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Candy Canes and Buckets of Blood by Heide Goody & Iain Grant - Book Tour

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Christmas is a time for families to come together.
Guin Roberts can’t think of anything worse than visiting a Christmas market with her new family. Guin is perfectly happy with own company and doesn’t want that disrupted by her wisecracking stepbrother and his earnest mum.
Their Christmas celebrations are invaded by a sleigh full of murderous elves. And it doesn’t matter if they’ve been naughty or nice — these elves are out for blood.
Can the family band together to survive the night? Or will Santa’s little helpers make mincemeat of them all?

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Guest Post


As writers, we always get asked “Where do you get your ideas?” and the answers are usually dull and basically boil down to ‘stolen from favourite books or from TV series with a little bit of an added twist from somewhere else’. That’s how, in the past, we came to write books that could be described as ‘Private Benjamin meets The Witches’ (A Spell in the Country) or ‘The Office meets Men in Black’ (Oddjobs). However, occasionally, ideas come from somewhere else. And it turns out that 2019 was The Year of Dreams!

Not many weeks apart, Heide and I both had dreams that inspired stories. Heide had a dream about a family in which one of the family members had decided to rent out part of their brain to someone else. I can’t remember what the mood of the dream was, whether it was funny or sombre or scary, but that concept turned into the book Jaffle Inc, which came out earlier this year.

My dream? Well, actually it was two dreams in the same night. Here goes.

Dream #1
My family was staying in a family room of a hotel.  I’m not sure which member of the family I was in the dream — whether the child in the bunk bed or the father in the double bed. It was dark outside and the lights in the room were down low. Whether I woke within the dream or simply became aware, I don’t know, but I saw a figure creeping across the floor. It was child-sized but thin-limbed and clearly inhuman. It wore a little hat and was very obviously a Christmas elf. I instinctively knew then (as one does in dreams) that it meant us harm. I also knew that if I looked behind the curtains or opened the room door, there would be dozens more of the creatures just waiting to come in and hurt us. In the dream, I stayed very still and pretended to be asleep.

Dream #2
It was Christmas and my family and I were in a quaint English town looking at gifts in shops. The shops had Georgian windows and old-fashioned counters and, frankly, we might as well have been on the set of a Charles Dickens film adaptation. This particular shop contained snowglobes and ornaments and trinkets. My wife or my mum (it’s a Freudian worry how much those two are interchangeable in my dreams but, as with the previous dream, I can’t be sure if I was boy-Iain or adult-Iain in the dream) was particularly interested in a snowglobe. She thought it would be a charming thing to have on the mantelpiece at home and she was trying to negotiate a price with the shopkeeper. It was at that point that I realised the shopkeeper was not a normal man. Yes, he was man-shaped and had the skin and the outer clothes of a man but, apart from that, he just wasn’t right. It was as if he was a glove puppet, made from human stuff but operated by something deeply inhuman. It was at that point I realised that it was getting dark, the town was shutting up for the evening and if my wife/mother bought that ornament then something very bad but entirely unspecified would happen.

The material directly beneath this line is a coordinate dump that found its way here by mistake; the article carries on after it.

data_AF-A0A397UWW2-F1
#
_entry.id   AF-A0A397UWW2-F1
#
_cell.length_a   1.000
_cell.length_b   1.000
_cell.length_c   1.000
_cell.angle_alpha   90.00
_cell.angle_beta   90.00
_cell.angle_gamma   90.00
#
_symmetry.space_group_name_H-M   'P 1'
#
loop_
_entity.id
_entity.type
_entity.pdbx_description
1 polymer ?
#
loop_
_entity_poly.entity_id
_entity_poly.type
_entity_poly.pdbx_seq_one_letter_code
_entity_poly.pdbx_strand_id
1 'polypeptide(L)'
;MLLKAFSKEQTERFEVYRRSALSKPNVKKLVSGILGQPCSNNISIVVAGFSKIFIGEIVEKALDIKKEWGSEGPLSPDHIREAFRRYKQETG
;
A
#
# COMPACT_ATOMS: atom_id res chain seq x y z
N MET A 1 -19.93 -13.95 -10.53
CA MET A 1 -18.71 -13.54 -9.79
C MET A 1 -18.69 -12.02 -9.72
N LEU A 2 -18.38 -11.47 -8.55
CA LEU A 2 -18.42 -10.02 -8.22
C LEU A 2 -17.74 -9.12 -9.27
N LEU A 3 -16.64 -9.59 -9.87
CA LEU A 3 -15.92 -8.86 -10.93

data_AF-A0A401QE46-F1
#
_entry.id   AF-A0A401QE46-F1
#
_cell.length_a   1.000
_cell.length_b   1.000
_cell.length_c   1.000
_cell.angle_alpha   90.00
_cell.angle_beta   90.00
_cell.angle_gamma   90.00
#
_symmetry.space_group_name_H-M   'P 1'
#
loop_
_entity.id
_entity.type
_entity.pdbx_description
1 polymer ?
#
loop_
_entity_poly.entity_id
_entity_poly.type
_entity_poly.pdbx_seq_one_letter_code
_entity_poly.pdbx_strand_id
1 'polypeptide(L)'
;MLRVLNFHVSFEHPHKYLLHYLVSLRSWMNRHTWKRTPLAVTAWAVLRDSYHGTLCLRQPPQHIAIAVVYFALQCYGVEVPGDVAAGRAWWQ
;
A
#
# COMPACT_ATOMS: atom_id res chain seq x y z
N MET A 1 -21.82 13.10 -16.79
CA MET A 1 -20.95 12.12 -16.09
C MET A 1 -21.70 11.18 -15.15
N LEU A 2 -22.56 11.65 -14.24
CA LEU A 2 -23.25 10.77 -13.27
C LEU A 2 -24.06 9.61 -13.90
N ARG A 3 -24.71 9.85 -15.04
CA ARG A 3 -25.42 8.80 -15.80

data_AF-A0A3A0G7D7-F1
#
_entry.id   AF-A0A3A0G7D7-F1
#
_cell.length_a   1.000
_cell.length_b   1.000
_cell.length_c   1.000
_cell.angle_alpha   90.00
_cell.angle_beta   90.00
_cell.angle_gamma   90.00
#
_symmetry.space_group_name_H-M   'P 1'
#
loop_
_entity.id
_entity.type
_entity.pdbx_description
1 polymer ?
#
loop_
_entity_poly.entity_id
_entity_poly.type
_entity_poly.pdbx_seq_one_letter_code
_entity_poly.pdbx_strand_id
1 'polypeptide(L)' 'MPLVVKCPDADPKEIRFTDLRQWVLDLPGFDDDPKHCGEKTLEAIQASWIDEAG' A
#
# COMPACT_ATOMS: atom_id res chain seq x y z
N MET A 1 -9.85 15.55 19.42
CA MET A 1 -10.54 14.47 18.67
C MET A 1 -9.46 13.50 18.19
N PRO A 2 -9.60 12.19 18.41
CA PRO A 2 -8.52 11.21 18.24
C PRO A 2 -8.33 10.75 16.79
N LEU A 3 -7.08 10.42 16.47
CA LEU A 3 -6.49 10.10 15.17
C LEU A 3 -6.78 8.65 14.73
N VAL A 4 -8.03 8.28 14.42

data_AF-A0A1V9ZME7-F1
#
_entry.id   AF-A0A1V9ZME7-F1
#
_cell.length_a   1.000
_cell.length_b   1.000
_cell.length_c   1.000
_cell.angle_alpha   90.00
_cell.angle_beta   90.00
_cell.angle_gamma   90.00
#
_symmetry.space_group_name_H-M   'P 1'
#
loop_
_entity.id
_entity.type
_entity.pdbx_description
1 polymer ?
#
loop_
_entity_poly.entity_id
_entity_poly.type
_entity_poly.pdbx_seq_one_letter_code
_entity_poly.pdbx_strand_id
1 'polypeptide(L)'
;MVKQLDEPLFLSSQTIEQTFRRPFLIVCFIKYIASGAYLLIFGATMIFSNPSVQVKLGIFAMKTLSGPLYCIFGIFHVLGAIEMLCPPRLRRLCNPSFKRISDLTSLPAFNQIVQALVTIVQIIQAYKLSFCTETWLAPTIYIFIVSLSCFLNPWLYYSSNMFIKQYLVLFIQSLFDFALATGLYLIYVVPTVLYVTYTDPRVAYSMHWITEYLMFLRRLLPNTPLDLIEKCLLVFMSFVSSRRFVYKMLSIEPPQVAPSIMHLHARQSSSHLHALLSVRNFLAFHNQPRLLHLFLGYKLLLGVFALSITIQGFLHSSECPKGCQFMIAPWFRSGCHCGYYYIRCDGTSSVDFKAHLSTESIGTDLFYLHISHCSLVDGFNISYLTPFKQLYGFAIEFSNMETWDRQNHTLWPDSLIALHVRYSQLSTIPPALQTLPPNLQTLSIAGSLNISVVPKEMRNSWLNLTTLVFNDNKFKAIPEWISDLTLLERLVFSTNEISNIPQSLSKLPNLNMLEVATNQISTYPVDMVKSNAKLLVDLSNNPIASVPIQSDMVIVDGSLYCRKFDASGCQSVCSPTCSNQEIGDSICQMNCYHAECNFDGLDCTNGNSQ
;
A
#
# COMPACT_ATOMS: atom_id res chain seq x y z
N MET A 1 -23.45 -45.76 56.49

When we wake from dreams, it’s often easy to work out where fragments of the dream come from. The hotel in the dream was partly based — the bunkbeds and lights at least — on a family holiday to Bournemouth some forty years ago. The room itself was definitely the hotel room I stayed in for the Fantasycon convention in Scarborough a couple of years ago. The elves? Their size and manner undoubtedly owed something to the Gremlins movies. The quaint town was possibly Chester or Castleton, with shades of the Birmingham Christmas market. And the man who was not a man? Maybe a smidge of the Other Father in the movie version of Coraline.

But these dreams gripped me even after waking. So I told Heide and I let them stew for a while and then, in a very short time, I wrote the first 20,000 words of a novel in which a perfectly ordinary family visit a Christmas market in a quaint English town and, finding themselves, stuck there after dark, take a room in the only hotel in town. They don’t get a good night’s sleep…

Author Bio

Heide lives in North Warwickshire with her husband and a fluctuating mix of offspring and animals. Iain lives in South Birmingham with his wife and a fluctuating mix of offspring and animals. They aren’t sure how many novels they’ve written together since 2011 but it’s a surprisingly large number.

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